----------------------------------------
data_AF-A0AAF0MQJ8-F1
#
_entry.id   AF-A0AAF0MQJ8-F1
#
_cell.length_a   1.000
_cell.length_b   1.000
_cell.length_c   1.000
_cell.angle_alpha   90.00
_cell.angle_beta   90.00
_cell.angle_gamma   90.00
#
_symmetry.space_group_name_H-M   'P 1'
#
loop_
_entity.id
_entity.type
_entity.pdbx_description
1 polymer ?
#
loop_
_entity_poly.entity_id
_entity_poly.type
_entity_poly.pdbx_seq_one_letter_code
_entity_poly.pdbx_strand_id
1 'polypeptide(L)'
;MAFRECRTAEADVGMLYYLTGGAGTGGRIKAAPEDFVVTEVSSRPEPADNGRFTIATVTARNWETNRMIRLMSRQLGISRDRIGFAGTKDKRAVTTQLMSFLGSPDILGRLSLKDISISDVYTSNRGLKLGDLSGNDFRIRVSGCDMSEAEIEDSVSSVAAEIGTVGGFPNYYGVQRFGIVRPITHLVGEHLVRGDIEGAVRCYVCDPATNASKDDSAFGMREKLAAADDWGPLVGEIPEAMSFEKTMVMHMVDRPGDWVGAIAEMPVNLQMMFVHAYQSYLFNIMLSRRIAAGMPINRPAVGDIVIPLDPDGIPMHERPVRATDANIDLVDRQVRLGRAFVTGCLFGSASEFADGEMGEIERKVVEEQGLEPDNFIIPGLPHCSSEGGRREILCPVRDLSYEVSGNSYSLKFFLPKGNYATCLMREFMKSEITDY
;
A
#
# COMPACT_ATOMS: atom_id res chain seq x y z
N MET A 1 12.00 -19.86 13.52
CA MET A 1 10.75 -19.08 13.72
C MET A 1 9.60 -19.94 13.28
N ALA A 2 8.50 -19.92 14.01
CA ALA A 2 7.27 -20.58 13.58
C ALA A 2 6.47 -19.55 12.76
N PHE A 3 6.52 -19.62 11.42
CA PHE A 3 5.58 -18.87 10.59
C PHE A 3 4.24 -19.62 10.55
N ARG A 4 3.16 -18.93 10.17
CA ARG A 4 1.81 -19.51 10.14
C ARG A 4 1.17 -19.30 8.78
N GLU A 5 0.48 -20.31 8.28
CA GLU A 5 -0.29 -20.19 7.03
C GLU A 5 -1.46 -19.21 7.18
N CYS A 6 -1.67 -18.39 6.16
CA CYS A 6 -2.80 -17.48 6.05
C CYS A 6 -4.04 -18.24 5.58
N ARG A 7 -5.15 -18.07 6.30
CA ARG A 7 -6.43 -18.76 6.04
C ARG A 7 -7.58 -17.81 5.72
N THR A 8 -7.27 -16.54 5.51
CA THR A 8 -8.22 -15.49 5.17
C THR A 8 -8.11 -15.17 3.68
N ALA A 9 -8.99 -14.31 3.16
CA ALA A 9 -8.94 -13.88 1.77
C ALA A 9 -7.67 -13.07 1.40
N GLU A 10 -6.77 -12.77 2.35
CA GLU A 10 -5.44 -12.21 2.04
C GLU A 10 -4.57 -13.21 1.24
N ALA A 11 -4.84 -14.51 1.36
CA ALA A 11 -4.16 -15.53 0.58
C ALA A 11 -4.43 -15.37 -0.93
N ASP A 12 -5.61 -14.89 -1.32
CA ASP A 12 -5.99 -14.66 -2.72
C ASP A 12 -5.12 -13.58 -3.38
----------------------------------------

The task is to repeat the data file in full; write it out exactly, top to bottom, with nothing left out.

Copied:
data_AF-A0AAF0MQJ8-F1
#
_entry.id   AF-A0AAF0MQJ8-F1
#
_cell.length_a   1.000
_cell.length_b   1.000
_cell.length_c   1.000
_cell.angle_alpha   90.00
_cell.angle_beta   90.00
_cell.angle_gamma   90.00
#
_symmetry.space_group_name_H-M   'P 1'
#
loop_
_entity.id
_entity.type
_entity.pdbx_description
1 polymer ?
#
loop_
_entity_poly.entity_id
_entity_poly.type
_entity_poly.pdbx_seq_one_letter_code
_entity_poly.pdbx_strand_id
1 'polypeptide(L)'
;MAFRECRTAEADVGMLYYLTGGAGTGGRIKAAPEDFVVTEVSSRPEPADNGRFTIATVTARNWETNRMIRLMSRQLGISRDRIGFAGTKDKRAVTTQLMSFLGSPDILGRLSLKDISISDVYTSNRGLKLGDLSGNDFRIRVSGCDMSEAEIEDSVSSVAAEIGTVGGFPNYYGVQRFGIVRPITHLVGEHLVRGDIEGAVRCYVCDPATNASKDDSAFGMREKLAAADDWGPLVGEIPEAMSFEKTMVMHMVDRPGDWVGAIAEMPVNLQMMFVHAYQSYLFNIMLSRRIAAGMPINRPAVGDIVIPLDPDGIPMHERPVRATDANIDLVDRQVRLGRAFVTGCLFGSASEFADGEMGEIERKVVEEQGLEPDNFIIPGLPHCSSEGGRREILCPVRDLSYEVSGNSYSLKFFLPKGNYATCLMREFMKSEITDY
;
A
#
# COMPACT_ATOMS: atom_id res chain seq x y z
N MET A 1 12.00 -19.86 13.52
CA MET A 1 10.75 -19.08 13.72
C MET A 1 9.60 -19.94 13.28
N ALA A 2 8.50 -19.92 14.01
CA ALA A 2 7.27 -20.58 13.58
C ALA A 2 6.47 -19.55 12.76
N PHE A 3 6.52 -19.62 11.42
CA PHE A 3 5.58 -18.87 10.59
C PHE A 3 4.24 -19.62 10.55
N ARG A 4 3.16 -18.93 10.17
CA ARG A 4 1.81 -19.51 10.14
C ARG A 4 1.17 -19.30 8.78
N GLU A 5 0.48 -20.31 8.28
CA GLU A 5 -0.29 -20.19 7.03
C GLU A 5 -1.46 -19.21 7.18
N CYS A 6 -1.67 -18.39 6.16
CA CYS A 6 -2.80 -17.48 6.05
C CYS A 6 -4.04 -18.24 5.58
N ARG A 7 -5.15 -18.07 6.30
CA ARG A 7 -6.43 -18.76 6.04
C ARG A 7 -7.58 -17.81 5.72
N THR A 8 -7.27 -16.54 5.51
CA THR A 8 -8.22 -15.49 5.17
C THR A 8 -8.11 -15.17 3.68
N ALA A 9 -8.99 -14.31 3.16
CA ALA A 9 -8.94 -13.88 1.77
C ALA A 9 -7.67 -13.07 1.40
N GLU A 10 -6.77 -12.77 2.35
CA GLU A 10 -5.44 -12.21 2.04
C GLU A 10 -4.57 -13.21 1.24
N ALA A 11 -4.84 -14.51 1.36
CA ALA A 11 -4.16 -15.53 0.58
C ALA A 11 -4.43 -15.37 -0.93
N ASP A 12 -5.61 -14.89 -1.32
CA ASP A 12 -5.99 -14.66 -2.72
C ASP A 12 -5.12 -13.58 -3.38